watch a pornographic movie

from the end to the beginning?
-Why?

He wants to see the prostitute
give money back.

Get it?
-Yes.

And then she said
"look, we had a cafe in Berlin"

What?! You had a cafe?

Yes! A huge cafe!
Three stories high!

I said "oh, Omama, come on..."

"No, Ranile, we had a huge cafe

with a bar and restaurant downstairs

and a grand family-restaurant
on the second floor

Wait, but you mentioned
a third floor

she said "yes,
there was also a third floor"

"What was on the third floor?"

So she squirmed a bit,

until she finally said "well,
Ranushle, you're a grown boy now..."

I was 16 already

"up there we had smaller rooms,
with sofas and small tables

and couples used to go up there
for privacy"

I said "what couples? What is this?

are you talking about prostitution?"

and she said "no, no,
it wasn't this kind of prostitution, no.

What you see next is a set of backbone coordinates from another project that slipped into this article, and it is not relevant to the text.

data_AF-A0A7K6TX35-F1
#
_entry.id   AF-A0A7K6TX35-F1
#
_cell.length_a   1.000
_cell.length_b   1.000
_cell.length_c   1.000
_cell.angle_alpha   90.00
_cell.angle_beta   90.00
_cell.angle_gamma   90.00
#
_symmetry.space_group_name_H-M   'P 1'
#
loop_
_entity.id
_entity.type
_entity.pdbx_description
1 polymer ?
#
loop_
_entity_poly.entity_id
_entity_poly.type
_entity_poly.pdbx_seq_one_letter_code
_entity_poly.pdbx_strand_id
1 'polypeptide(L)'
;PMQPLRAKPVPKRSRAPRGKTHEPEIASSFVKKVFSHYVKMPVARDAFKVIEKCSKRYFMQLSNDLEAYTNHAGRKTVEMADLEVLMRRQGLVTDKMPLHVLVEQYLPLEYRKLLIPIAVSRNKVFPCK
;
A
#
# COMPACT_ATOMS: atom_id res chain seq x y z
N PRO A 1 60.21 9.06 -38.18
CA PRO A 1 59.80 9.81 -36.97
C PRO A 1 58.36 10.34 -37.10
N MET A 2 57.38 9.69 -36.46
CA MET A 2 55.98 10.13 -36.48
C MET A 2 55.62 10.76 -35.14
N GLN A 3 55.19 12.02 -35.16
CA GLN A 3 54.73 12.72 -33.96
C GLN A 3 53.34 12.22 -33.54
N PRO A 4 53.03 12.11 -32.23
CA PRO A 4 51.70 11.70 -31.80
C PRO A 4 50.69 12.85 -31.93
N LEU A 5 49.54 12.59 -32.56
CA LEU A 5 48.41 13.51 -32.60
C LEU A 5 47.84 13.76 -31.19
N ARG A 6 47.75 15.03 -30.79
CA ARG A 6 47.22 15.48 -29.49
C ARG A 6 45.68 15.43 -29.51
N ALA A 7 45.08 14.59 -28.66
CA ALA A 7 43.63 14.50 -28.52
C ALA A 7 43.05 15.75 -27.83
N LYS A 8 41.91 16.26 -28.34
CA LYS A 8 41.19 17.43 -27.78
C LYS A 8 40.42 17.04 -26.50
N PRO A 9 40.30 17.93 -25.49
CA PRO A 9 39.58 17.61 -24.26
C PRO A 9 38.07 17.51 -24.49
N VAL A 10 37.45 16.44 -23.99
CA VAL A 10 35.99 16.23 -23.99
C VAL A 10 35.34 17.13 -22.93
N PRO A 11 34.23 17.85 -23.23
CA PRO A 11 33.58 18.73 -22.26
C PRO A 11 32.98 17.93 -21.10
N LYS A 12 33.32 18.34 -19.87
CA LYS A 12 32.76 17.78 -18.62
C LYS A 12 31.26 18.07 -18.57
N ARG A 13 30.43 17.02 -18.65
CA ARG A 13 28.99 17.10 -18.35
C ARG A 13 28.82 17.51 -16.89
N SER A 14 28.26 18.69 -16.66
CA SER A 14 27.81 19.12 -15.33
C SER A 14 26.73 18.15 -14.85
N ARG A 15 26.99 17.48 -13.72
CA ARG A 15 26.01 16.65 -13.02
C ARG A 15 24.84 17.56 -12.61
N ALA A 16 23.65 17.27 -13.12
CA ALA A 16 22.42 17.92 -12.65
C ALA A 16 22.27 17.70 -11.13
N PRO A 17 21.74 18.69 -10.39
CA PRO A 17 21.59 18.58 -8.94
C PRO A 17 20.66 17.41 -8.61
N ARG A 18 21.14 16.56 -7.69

But these were war-widows,

or young, unemployed women,
who needed money,

or divorcees,
and women abandoned by spouses,

or mothers of small children

who went out at night
to earn some money

and I said "what, young women
would go up there?!"

and she said "yes, they would
and it was accepted."

And I asked "but the family...
your father knew?!"

She said "my father owned the place!

And my mother sat
at the cash register,

She knew very well,
my mother sat at the register,

she didn't trust anyone."

Calling it a fact,
based on an assumption

and giving explanations based
on assumptions,

I think that's not right.

The cafe was open
to the early morning

It isn't right
-It's possible that during the day,

while...
One moment!

In the morning, afternoon, evening,

they served afternoon teas,